Internet Payments

Secure & Reliable

Your data is encrypted and secure with us.
Godaddyseal image
VeraSafe Security Seal

Lethbridge Herald Newspaper Archives

- Page 26

Join us for 7 days to view your results

Enter your details to get started

or Login

What will you discover?

  • 108,666,265 Obituaries
  • 86,129,063 Archives
  • Birth & Marriages
  • Arrests & legal notices
  • And so much more
Issue Date:
Pages Available: 58

Search All United States newspapers

Research your ancestors and family tree, historical events, famous people and so much more!

Browse U.S. Newspaper Archives


Select the state you are looking for from the map or the list below

OCR Text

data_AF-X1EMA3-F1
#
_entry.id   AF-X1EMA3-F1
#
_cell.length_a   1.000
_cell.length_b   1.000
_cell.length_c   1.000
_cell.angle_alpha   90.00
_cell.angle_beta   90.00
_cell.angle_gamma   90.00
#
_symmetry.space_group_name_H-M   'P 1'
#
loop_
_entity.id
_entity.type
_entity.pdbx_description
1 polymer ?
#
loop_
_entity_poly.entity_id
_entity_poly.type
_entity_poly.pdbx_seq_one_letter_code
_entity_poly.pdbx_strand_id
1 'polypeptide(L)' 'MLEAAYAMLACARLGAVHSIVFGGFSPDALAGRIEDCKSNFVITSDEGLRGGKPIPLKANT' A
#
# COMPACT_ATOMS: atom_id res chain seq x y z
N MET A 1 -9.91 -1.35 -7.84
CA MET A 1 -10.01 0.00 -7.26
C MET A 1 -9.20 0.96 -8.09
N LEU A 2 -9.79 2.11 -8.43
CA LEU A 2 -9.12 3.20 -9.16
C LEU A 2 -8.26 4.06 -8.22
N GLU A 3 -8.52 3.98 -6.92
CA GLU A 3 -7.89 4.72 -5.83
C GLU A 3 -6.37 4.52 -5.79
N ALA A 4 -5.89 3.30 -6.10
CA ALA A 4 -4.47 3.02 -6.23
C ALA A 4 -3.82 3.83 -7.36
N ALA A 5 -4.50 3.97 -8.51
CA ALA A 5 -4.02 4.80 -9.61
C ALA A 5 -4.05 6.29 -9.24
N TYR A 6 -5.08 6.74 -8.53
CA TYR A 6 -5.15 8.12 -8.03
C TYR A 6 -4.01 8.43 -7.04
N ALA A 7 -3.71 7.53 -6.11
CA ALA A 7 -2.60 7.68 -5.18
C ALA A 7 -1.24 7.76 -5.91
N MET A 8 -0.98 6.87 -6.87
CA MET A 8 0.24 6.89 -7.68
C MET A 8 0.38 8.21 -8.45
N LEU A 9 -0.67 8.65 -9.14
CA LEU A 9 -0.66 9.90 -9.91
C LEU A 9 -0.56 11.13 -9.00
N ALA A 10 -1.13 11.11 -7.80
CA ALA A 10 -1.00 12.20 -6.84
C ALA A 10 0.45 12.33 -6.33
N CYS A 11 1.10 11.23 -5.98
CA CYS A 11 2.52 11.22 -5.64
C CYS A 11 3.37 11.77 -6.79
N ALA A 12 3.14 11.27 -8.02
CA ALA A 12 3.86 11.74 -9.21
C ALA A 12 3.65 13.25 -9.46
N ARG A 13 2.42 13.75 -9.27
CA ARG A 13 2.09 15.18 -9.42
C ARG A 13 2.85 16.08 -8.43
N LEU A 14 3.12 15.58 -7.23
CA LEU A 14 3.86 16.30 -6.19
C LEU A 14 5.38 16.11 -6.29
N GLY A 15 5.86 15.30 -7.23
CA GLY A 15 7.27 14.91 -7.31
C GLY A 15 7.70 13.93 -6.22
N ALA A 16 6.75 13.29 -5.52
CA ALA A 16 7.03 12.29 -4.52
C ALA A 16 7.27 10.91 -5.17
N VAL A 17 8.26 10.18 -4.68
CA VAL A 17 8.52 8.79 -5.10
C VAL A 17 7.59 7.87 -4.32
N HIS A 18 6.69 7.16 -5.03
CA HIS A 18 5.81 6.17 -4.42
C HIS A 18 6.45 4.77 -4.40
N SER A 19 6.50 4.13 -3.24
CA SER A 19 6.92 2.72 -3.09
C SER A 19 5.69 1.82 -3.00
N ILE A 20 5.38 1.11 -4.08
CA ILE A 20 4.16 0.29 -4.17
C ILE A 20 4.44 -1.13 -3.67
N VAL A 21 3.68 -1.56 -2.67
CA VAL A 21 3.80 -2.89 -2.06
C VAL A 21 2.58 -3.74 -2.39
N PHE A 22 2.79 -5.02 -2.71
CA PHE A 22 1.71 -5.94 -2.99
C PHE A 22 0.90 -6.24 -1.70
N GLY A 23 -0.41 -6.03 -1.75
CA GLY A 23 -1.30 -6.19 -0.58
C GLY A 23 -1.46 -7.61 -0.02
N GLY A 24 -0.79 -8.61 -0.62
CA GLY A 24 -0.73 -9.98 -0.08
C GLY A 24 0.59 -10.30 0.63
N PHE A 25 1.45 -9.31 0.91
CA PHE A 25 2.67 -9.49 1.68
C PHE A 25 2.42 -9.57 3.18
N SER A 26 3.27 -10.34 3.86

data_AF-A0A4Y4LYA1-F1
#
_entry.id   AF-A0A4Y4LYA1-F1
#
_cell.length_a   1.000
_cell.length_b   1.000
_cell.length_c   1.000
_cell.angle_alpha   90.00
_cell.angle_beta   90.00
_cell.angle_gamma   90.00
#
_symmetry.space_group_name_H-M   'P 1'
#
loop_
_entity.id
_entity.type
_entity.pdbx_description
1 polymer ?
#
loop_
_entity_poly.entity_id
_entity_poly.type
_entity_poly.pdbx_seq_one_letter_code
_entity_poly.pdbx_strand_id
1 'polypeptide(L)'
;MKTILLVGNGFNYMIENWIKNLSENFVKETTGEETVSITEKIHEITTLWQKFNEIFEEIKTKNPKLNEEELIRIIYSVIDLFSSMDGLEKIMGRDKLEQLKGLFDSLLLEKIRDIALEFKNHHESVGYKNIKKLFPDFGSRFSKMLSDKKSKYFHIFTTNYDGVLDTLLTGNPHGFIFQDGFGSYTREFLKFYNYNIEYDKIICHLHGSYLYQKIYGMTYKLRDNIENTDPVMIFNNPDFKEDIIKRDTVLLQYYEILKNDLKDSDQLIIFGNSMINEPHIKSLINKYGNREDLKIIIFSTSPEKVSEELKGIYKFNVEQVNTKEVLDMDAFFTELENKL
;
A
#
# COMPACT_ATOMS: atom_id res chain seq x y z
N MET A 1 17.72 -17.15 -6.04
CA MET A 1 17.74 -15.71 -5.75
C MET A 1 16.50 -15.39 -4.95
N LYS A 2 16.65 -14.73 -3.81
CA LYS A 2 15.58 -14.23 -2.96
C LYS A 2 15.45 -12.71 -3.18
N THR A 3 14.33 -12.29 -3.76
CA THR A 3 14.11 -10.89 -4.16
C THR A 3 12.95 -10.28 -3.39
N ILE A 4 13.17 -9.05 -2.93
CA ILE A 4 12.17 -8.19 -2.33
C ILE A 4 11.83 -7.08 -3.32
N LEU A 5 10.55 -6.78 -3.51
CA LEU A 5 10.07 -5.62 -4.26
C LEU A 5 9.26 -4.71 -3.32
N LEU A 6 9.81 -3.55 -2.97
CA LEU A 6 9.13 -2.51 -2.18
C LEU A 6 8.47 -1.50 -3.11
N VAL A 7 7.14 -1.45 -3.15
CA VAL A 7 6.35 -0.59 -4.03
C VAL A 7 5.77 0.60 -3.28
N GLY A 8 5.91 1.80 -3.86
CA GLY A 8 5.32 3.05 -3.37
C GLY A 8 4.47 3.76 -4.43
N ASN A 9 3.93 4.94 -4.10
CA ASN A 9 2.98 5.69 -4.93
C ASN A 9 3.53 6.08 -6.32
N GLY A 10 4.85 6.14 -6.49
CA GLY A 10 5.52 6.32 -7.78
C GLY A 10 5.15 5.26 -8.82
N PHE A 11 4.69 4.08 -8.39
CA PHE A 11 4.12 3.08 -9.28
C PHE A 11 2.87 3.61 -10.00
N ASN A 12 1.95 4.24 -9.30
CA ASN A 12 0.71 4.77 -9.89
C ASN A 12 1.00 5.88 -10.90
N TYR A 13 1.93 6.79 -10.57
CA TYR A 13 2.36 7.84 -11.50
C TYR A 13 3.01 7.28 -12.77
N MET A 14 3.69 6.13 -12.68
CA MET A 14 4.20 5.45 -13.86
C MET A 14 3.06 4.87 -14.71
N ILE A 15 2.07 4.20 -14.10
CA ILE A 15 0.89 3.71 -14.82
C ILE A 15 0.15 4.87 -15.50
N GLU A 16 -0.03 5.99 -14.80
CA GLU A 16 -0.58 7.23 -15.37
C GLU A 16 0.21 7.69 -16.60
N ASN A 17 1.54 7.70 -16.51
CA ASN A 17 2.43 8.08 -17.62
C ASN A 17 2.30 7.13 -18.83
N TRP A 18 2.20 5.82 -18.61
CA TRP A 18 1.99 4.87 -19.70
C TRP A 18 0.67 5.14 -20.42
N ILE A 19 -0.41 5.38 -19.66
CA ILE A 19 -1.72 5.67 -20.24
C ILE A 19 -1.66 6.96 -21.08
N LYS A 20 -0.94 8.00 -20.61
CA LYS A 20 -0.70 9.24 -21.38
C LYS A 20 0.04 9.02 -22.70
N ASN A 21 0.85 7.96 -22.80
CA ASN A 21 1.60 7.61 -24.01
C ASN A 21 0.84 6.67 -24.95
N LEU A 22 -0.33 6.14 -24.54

Lethbridge Herald, The (Newspaper) - October 2, 1974, Lethbridge, Alberta 26 LETHBRIDQE HERALD Octobtr 2, 1874 Foothills action scheduled Two important games are scheduled this weekend in the Foothills Football League. High River -Mustangs and the Okotoks Ocelots meet Sun- day at Okotoks in a game that will decide the West Division championship. Both teams have won four games and lost none. Two other contests are also scheduled in the west with St. Mary's Warriors playing Claresholm in Clareshom Fri- day and the Vulcan Cougars hosting the Nanton Knights Saturday. In the East Division the Raymond Comets will host the Picture Butte Elks Friday in a battle for first spot. Cardston Cougars will be at Coaldale Saturday, taking on the Spartans in the other west division game. Following are the standings in both divisions after action this past weekend: East W L T Picture Butte Elks Raymond Comets Cardston Cougars Coaldale Spartans West Okotoks Ocelots High River Claresholm Cobras Vulcan Cougars St. Mary's Warriors Nanton Knights Robinson could be Indians9 manager Shooters'haven The Lethbridge Trap Club is a popular spot with shooters throughout Southern Alberta and is in operation each weekend throughout the year. The above photos by Phil IIHngworth show Lethbridge club organized in 1968 an overall view of the club and the insert depicts one of the traps in operation with the empty cases of clay targets piled in front of it. Chris, Jimmy too busy to get married? FORT LAUDERDALE, Fla. (AP) The father of ten- nis star Chris Evert confirm- ed Tuesday that Miss Evert's wedding to Jimmy Connors is being postponed indefinitely, but he emphasized that the two are "still very much in love." Teaching professional Jim Evert, who serves as his daughter's business agent, said the postponement was decided on because of the busy tennis schedules of both players. "Jimmy and Chris have had a lot of demands on their time this year with all their success and said Evert. "They felt it would be wise to postpone the marriage to a later date. "They have not set a date yet, but the engagement definitely still on." Miss Evert, 19, and Con- nors. 22. are both scheduled for appearances through Nov. 1. The wedding was to have been held Nov. 8 in Fort Lauderdale. A spokesman for Miss Evert said in Houston that the two "also have not been able to find an apartment in Los Angeles which suits them." "When they can get their tournament commitments completed and can find an apartment, they will be married." Trap shooting popular sport By GARRY ALLISON Herald Sports Writer Since its inception in 1968 the Lethbridge Trap Club has been a popular spot. Originally the brainchild of Alex and Salvador Arias, George Woo, Dale Peterson and the club's first president Boris J. Snyder. the Lethbridge Trap Club is now under the guiding hand of president Ken Kotkas. The club currently boasts 60 life members and 40 to 50 yearly members who pay for the privilege of belonging to the club and the use of its facilities. The Lethbridge organization, registered under the Society's Act, is directly affiliated with the Alberta Trap Shooting Association and also the Amateur Trap Shooting Association of North America, based in Vandallia, Ohio. The money the trap club takes in locally goes directly back into the club. "We operate a non- profit club treasurer Boris Snyder stated, "with no one being paid for the work they do. The money goes into the running and improving of the facility." Four electric traps, one an automatic, are operated by the club. In trap shooting, clay targets are thrown out by these electric traps at various angles unknown to the shooter. The object is to break the target which is always moving away from the shooter. This is op- posed to skeet shooting where the target moves across in front of the shooter. A club member pays only to shoot 25 clay targets. The equipment for trap shooting is basically the same as that used in bird hunting. Like hunting the higher quality equipment can be expensive, such as for a good trap gun, but enjoyment can be had even with the less expensive gear. A 12 gauge shotgun is the basic type of gun used, with the size of shot ranging from 7% to 8. The trap gun is fully choked and has a ventilated rib and a higher than normal stock. Most trap shooters reload their own shells and about the only other expense, other than a vest, is a set of ear muffs. "Ear muffs are the club's first presi- dent said. "During a shoot you fire up to 500 targets and that constant booming can be very hard on your ears." The Lethbridge Trap Club holds four major shoots a year that are open to any member of the club or its affiliates. The first shoot, usually in May, is the Frank Koenen Memorial and the second one is the annual trophy shoot held in August. The recently completed Bill Snider Memorial is held every September and in October a Handicap Shoot will be held. In between these major shoots the club holds various fun shoots for turkeys, hams and sometimes cash. All shoots have separate classes for men and women but the women can also compete in the men's divisions. The juniors have a separate class all to themselves. Anyone is welcome to join the club and many bird hunters take up the sport as a means of sharpening up for the season. "Besides that it is a fun sport but can also have the seriousness of Boris said. A new member will receive the help and advice he needs to perfect the sport. He must shoot 750 targets before he receives his handicap, which- determines the position he will take on the firing stations in an organized shoot. The club shoots the year round, every Saturday and Sunday, with only the occasional blizzard mov- ing the shooters indoors on a cold winter's day, where they enjoy the fellowship of fellow members in the heated clubhouse complete with a coffee bar. Alcoholic beverages are discouraged on the premises, particularly during the shooting. "The members obey this stringent safety rule quite willingly and we've never had any problems with in- toxicated Boris stated. "The club is set up for fun, comradeship and com- petition and is open to he said. The Lethbridge Trap Club is located south of the city with signs indicating the spot on the airport highway. CLEVELAND (AP) Cleveland Indians will name Frank Robinson as the first biack manager in major league baseball on Thursday, it was learned Tuesday night. The American League team plans a news conference sometime Thursday, knowledgeable ,baseball sources told The Associated Press, to officially announce the choice of the 39-year-old Robinson to succeed Ken Aspromonte, who was fired last Friday. Prior to the Indians' Tues- day night game with the Red Sox in Boston, Robinson main- tained he had not been asked to manage Cleveland next season. "But I would still like to said the slugging star, the only man to win the most valuable player award in both major leagues. Indian officials would not confirm that the announce- ment on Robinson would come Thursday. However, word of it spread quickly to other ballparks around both leagues and in At- lanta, home run king Henry Aaron of the Braves said as he heard the report: "My heart is still thumping. I think I'll go out and celebrate." The selection of Robinson as a manager comes 27 years after another Robinson broke the color line in baseball. The late Jackie rela- tion to the first black to play in the ma- jors when he donned the un- iform of Brooklyn Dodgers. The Indians were the first American League team to have a black player. Larry Maltsev took up the slack Russians win without great Yakushev MOSCOW (CP) The Soviet Union prospered without one of its top players Tuesday night and nipped Team Canada '74 3-2 in the fifth game of their inter- national hockey summit series. Fleetwood brings you one-button color tuning with brains S749 DIGITAL BRAIN Trades Accepted Our Own Service REMUS TELEVISION 624 -13 St. North Phone 328-9759 Alexander Maltsev took up the slack for the injured Alex- ander Yakushev by scoring two goals, in the first and se- cond periods- His second goal, which put Russia ahead to stay, followed a plea by a fan for Yakushev's return. "Yakushev. were are he called. "We need you." The plea came during a pen- alty to Johnny McKenzie. Mo- ments later Maltsev worked himself free to the right of Ca- nadian goaltender Gerry Cheevers and connected with a quick blast. On his first goal, Maltsev stood just outside the crease and beat Cheevers with a flip shot after accepting a perfect pass. Alexander Gusev hit an open net for the clincher late in the third period after Valery Kfiarlamov shifted through UK- defence and miss- ed the net. His rebound slid to Gusev at tiie point. Gordie and son Mark Howe replied for the Canadians, spurred on by an estimated 000 fans from Canada. Gordie tied the score after 15 seconds of the second period when he beat Russian nelminder Vlasislav Treliak from Ihc of the crease. In the third period. Mark connecled from about 20 feet with a quick forr-hsnd. Although official shots on goal were not fcepl, Cheevers was much busier tbanTretaak. The result left Russia with a fme-viciory 3rad in the eight- gamf st-ries. The Soviet Union has won two, iost one and tied two. The sixth game Thursday wiil bf- televised an Canada by theCBf starling at MDT. Officiating, as usual in international hockey, was in- consistent. Canadian players served seven of 12 minor penalties as well as a 10 minute misconduct to centre Ralph Backstrom in the third period. He was banished for blasting referee Roguld Sc- capek after being man- handled. "It was my first misconduct penalty in 12 or 13 said the mild-mannered speedster. "It's my fault. I should have realized he spoke English." Gordie Howe said he was Chamberlain has retired SAN DIEGO